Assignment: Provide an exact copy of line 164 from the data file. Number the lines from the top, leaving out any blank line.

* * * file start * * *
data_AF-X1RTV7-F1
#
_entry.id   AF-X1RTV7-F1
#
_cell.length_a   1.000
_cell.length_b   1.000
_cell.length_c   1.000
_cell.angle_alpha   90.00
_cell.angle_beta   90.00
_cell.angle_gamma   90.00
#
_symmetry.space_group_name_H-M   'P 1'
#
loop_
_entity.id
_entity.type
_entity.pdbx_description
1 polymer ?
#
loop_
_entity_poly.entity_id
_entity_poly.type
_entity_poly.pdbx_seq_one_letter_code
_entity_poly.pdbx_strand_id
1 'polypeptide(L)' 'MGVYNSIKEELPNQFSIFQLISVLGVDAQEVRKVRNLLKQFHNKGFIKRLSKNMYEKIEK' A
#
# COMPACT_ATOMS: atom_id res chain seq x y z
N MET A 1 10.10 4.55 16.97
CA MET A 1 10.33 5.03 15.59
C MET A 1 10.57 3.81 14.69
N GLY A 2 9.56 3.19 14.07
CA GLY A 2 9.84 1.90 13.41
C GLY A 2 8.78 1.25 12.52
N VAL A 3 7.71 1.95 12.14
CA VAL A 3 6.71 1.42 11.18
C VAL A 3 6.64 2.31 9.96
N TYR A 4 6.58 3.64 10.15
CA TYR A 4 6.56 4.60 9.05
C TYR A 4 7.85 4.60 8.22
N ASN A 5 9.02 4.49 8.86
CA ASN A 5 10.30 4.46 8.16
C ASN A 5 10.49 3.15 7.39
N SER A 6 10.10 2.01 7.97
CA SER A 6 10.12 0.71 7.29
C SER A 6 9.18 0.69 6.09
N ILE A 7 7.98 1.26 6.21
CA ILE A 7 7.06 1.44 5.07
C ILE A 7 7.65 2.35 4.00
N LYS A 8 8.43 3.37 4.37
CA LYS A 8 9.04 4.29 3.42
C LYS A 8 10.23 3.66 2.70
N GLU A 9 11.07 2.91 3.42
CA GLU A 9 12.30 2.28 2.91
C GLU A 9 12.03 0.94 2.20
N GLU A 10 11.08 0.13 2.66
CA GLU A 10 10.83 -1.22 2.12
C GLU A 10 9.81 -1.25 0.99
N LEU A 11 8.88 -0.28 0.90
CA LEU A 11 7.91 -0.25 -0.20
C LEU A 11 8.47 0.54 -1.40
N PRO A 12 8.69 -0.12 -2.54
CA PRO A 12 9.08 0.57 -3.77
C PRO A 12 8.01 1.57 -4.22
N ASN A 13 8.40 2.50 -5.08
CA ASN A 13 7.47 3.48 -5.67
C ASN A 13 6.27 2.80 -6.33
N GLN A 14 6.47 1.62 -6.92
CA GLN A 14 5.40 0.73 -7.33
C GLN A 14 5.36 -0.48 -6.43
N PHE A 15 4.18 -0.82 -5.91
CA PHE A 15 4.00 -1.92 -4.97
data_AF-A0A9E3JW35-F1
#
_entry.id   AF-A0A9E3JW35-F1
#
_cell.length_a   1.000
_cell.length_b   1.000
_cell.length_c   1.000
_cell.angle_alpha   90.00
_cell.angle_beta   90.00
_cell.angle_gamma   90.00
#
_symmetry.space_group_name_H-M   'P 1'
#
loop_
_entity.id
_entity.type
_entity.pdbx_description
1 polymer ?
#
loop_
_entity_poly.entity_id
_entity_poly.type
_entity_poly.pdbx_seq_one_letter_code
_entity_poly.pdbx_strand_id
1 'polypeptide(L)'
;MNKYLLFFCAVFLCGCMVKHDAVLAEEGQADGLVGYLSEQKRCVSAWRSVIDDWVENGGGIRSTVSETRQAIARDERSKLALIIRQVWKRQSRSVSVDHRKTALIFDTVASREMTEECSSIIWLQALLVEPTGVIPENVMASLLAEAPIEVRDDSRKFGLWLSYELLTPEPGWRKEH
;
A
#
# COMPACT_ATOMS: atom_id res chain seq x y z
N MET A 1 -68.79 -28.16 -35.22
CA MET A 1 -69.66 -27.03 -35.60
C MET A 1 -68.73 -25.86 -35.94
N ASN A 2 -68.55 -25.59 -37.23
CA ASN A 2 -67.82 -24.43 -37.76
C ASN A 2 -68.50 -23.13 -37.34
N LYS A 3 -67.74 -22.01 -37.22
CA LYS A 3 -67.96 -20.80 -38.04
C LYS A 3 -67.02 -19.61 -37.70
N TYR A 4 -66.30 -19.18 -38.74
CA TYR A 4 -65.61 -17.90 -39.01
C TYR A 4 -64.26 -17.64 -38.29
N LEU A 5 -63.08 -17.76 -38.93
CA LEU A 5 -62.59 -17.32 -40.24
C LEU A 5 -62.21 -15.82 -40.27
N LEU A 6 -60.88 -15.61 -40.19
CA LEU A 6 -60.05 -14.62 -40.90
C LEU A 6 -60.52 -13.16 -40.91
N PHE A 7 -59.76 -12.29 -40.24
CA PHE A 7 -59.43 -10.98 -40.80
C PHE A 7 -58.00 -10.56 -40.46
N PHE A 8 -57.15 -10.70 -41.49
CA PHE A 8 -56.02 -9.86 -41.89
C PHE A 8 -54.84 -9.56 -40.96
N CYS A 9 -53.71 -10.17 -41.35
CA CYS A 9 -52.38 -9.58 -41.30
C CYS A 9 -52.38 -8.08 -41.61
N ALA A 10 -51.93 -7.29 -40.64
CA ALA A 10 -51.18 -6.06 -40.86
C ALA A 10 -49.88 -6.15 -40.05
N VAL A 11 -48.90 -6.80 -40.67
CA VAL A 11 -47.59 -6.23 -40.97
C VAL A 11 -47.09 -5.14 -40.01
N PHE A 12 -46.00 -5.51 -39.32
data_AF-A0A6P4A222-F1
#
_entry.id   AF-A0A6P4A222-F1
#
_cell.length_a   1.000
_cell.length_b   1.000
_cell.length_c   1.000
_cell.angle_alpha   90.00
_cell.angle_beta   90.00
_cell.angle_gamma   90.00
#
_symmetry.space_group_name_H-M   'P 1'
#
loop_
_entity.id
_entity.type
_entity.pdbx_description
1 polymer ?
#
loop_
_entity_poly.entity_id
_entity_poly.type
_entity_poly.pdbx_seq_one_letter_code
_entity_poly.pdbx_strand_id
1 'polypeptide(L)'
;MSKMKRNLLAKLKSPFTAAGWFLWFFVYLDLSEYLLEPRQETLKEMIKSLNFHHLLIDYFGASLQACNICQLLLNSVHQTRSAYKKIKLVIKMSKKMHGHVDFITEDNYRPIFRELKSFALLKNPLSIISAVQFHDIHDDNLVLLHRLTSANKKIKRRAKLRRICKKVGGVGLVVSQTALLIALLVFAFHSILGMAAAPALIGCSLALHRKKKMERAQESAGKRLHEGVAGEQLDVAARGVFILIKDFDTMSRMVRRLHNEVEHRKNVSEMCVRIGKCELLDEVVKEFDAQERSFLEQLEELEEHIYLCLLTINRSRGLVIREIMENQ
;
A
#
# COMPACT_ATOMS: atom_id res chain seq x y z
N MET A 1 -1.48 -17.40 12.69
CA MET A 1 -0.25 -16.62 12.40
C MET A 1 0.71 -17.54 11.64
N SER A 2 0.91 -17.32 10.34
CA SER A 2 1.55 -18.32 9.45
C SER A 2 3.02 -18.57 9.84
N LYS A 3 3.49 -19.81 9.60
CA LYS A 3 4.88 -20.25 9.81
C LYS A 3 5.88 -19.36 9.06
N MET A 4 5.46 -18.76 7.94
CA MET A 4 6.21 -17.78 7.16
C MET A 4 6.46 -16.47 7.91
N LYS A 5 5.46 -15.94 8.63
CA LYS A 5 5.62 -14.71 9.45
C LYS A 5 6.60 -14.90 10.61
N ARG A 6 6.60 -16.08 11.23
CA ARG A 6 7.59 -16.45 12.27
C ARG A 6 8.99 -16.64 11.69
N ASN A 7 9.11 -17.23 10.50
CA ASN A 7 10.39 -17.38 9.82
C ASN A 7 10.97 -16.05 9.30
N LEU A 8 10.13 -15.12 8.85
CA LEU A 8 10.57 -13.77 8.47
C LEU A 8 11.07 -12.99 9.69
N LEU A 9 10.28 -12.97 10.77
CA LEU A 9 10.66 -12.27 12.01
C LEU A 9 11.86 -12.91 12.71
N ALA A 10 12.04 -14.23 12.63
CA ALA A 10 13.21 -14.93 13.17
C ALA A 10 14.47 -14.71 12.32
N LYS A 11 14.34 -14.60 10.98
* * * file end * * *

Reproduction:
#